Anemone ID 9/26/08 Hi! <Carrie> This is a cherished wonderful anemone that has been thriving for a long time. I have sent pictures to other people and I always get different opinions. When I bought it, it was on the sheet as a Ritteri (due to name change, now called Magnificent Anemone (Heteractis magnifica). It was 6" when I got it and has grown to 10" (in a 150 gallon). From the research I have done, with the tips at times (they are NEVER pointy, just blunt) having double tentacles or branching and that is what I read was typical of a H. magnifica. <Mmm, from your pix, including the verrucae on the pedicle, the size of the animal, its tentacles as you say... I too believe this is a Heteractis magnifica> They are not always green with purple bases, so I couldn't base my ID on that. The tentacles are more stubby some days and longer and thinner on others. So that is not a good basis either. Here are the pictures and if you could be sure to identify this guy accurately, I would really appreciate it! Here is a short tentacle day: Longer on this day: This is when I first got it, before my first crash (person did NOT top off tank) and it had lost it's zooxanthellae, but feeding it daily pulled it around. This is the first inhabitants, a pair of saddle backs: They were kicked out: Much later, 2 years....... This is after recovery and with new tenants: CLOSE UPS and base: <My work on this species here: http://wetwebmedia.com/marine/inverts/cnidaria/anthozoa/hetmagnifica.htm and the linked files above. Cheers, Bob Fenner>

 
Re: Anemone ID 9/26/08 Bob, <Carrie> When I got this anemone, three years ago, the shop owner told me that he had a tank near the window and this guy did really well. My 150 gallon gets sunlight every day for several hours right where the anemone stayed. They love to be up high in the tank near the light. I understand what the deal is about anemones, but do to the fact that I had everything this guy needed and that he has grown. I have no reservations about my ability to care for it. Tons of research went into it's care, and feeding it every other day brought it back from the white, bleached out color, which it was when I BOUGHT it. I feel my husbandry is much higher than the person who brings home an anemone with 2 watts per gallon. Also, I have never had it balloon and float around...... again, it's needs were met. I also had a water pump near him so he could move into it if he wanted. He would once in a while. I don't ever even remember him deflating, except when I had a tank crash and lost all of my wrasses (cirrhilabrus) when the water didn't get topped off for a week. So I would say they are pretty tough once established. They need to eat almost every day and those who do not may not have much success. The SAME spot has been occupied by this anemone for 3 years, and I think because of what I read, this may have something to do with it. <Yes> Like you said Bright light...... They LOVE to be up high so I build a "tower of rocks" so he was JUST under the surface of the water. I had CF, then T-5s, and he was happy with both. I also provided a pump for his pleasure... lol that sounds a little risk-ay.... and he got several hours of sunlight and was fed daily. 3 large jumbo raw thawed shrimp keeps it happy for 2 days, but if I offered a shrimp a day, that was fine. Once a week I would offer enough until satisfied. Point is they are BIG BIG eaters!!!!!!! The clowns could NEVER satisfy this voracious appetite by pulling scraps of food. I feel that in the wild, the reason they host so many (mine actually hosted 2 saddlebacks and 2 tomatoes until the crash) is to get more food! Just a thought. Thanks again for your response! :) <Thank you for sharing your valuable experiences re the husbandry of this animal. BobF>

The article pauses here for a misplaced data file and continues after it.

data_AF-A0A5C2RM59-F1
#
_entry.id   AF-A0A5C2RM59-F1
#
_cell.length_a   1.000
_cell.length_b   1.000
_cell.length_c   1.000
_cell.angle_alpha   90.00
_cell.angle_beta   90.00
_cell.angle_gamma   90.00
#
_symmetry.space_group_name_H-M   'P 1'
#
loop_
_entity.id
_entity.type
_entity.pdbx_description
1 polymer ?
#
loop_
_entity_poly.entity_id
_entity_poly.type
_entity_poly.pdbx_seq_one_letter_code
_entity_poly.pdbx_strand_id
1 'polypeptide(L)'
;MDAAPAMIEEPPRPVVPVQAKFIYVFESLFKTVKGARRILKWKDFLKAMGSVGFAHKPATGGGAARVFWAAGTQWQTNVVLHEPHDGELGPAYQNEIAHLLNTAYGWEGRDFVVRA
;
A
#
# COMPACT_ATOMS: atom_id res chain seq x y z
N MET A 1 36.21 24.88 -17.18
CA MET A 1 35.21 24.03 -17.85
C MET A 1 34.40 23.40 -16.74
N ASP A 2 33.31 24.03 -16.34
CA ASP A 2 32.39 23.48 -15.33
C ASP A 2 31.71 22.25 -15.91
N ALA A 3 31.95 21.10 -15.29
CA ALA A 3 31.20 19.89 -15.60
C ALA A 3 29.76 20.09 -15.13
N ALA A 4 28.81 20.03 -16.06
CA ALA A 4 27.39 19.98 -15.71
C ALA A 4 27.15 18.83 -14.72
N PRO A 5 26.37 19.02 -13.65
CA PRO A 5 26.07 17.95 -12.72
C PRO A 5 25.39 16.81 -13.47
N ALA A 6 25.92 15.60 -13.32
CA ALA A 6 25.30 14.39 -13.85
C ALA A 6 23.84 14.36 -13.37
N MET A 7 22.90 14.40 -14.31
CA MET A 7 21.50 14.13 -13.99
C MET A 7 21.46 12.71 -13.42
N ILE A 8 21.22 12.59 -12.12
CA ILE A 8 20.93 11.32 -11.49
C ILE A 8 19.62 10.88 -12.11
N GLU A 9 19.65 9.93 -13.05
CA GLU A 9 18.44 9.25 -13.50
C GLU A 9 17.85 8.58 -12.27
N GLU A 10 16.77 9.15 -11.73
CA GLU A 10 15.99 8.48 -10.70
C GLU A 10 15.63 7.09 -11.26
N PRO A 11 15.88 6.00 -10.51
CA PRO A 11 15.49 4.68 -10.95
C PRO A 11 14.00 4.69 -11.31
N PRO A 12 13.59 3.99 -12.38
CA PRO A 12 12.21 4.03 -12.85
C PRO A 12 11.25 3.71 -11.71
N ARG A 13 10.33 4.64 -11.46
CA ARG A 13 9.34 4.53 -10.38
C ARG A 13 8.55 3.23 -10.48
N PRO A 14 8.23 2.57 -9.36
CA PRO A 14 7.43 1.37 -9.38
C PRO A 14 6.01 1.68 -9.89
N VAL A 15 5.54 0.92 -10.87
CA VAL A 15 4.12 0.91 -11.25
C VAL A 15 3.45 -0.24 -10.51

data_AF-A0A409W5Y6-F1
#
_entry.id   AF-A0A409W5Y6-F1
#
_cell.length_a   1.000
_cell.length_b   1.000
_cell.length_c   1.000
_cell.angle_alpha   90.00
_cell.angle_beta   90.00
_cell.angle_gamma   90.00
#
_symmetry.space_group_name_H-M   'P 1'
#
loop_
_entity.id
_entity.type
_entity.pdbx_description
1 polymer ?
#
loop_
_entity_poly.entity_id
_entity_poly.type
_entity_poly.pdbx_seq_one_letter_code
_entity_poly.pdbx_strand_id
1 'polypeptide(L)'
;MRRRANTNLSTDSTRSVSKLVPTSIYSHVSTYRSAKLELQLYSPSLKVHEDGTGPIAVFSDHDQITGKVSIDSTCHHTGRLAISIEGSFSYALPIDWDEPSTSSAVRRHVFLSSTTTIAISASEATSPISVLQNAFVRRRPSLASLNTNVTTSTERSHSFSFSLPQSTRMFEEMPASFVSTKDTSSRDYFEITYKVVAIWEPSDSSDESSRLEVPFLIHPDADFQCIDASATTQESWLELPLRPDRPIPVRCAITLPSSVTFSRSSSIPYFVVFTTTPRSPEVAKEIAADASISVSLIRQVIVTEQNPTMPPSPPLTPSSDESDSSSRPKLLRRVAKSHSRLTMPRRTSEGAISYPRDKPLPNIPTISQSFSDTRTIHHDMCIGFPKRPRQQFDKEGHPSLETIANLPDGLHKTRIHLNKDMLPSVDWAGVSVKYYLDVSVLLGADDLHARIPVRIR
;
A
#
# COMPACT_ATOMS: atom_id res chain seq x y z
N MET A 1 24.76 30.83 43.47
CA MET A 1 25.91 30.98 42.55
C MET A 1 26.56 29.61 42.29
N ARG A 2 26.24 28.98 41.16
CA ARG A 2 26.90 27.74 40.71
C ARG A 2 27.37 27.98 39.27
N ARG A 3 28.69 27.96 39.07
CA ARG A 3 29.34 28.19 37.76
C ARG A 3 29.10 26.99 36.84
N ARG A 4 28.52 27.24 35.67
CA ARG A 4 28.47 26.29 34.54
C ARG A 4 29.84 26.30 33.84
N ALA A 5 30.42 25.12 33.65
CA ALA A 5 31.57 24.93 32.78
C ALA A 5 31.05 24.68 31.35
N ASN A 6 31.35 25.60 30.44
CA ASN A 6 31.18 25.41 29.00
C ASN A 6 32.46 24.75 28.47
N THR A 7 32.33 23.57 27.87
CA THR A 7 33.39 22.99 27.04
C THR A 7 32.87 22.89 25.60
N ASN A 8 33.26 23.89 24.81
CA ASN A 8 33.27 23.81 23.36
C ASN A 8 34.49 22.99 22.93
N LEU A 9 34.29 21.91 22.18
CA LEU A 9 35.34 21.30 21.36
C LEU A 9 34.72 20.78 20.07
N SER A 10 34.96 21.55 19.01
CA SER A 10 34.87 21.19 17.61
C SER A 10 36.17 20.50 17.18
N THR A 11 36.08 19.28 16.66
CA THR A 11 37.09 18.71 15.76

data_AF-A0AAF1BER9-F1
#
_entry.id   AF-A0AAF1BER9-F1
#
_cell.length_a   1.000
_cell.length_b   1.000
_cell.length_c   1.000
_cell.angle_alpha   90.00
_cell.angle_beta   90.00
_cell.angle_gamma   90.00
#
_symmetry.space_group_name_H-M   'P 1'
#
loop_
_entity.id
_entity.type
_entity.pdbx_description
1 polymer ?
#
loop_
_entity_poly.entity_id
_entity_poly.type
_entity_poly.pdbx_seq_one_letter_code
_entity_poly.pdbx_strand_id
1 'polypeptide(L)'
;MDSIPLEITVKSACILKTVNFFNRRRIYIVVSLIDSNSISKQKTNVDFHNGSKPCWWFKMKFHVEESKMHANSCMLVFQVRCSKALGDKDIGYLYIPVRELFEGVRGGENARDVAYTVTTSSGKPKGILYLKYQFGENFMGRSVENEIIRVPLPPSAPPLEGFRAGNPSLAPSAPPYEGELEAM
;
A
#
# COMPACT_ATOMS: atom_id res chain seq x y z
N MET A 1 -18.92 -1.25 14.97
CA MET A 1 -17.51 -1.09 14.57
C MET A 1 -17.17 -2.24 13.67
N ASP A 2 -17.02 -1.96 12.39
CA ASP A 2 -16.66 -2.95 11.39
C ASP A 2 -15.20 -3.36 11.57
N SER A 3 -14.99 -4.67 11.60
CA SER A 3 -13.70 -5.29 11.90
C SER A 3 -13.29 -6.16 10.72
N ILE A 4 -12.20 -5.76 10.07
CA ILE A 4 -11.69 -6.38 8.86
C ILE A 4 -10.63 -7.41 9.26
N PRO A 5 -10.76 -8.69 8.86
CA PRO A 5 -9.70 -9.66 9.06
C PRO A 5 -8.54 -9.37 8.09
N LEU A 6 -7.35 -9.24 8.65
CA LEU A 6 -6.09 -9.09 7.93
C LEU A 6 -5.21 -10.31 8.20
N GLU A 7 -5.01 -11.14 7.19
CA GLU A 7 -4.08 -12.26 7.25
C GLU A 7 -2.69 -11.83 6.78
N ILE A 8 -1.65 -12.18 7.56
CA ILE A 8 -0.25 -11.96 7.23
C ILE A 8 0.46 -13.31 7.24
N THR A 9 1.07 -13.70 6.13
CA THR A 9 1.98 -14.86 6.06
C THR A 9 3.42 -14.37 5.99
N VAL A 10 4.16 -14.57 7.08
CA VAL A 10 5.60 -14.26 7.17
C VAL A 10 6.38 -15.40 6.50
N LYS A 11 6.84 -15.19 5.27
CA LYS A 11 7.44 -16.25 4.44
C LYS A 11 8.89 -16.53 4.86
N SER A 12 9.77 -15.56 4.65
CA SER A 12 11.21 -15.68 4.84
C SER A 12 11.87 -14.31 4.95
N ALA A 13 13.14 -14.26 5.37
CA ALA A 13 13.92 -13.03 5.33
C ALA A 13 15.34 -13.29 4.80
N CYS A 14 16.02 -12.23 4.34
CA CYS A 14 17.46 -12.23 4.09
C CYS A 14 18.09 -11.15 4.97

Light and Heteractis Magnifica 9/26/08 Hi guys Long time reader, third time writer, love your stuff. Just a quick question in regards to lighting for a magnifica anemone. We're trying to provide the best possible system for ours which we have had for about 10months now. Its in a 600 litre tank with a 250 litre gravity fed refugium, all parameters that we measure are stable and reasonable except nitrates hovers around 20ppm (mg/L). <Mmm, I'd be addressing this... needs to be low/er> Sadly it has started to decline, firstly by bleaching and it split the other day, too much food in one go I think (Krill, silverside(fish), and scallops every three days). On the site dedicated to the magnifica Bob recommends 400W metal halide lighting between 6000K and 10,000K but in discussions about metal halides in general some posts say its just a colour preference. <Within "reason", yes> At the moment we have 2x250W metal halides and 2xT5s. We're buying a clamp on 400w metal halide online and it doesn't appear to come in anything other than 20,000K. Will this be fine to give our magnifica a fighting chance? <Light-wise, likely so> P.s We've upgraded our protein skimmer, expanded the efficiency of our refugium and installed a canister filter just for activated carbon and mechanical filtration to improve clarity. Cheers guys, cant wait to hear from you. <Please read here re NO3 control: http://wetwebmedia.com/nitratesmar.htm and the linked files above... Do you have any idea what your RedOx potential is here? Bob Fenner>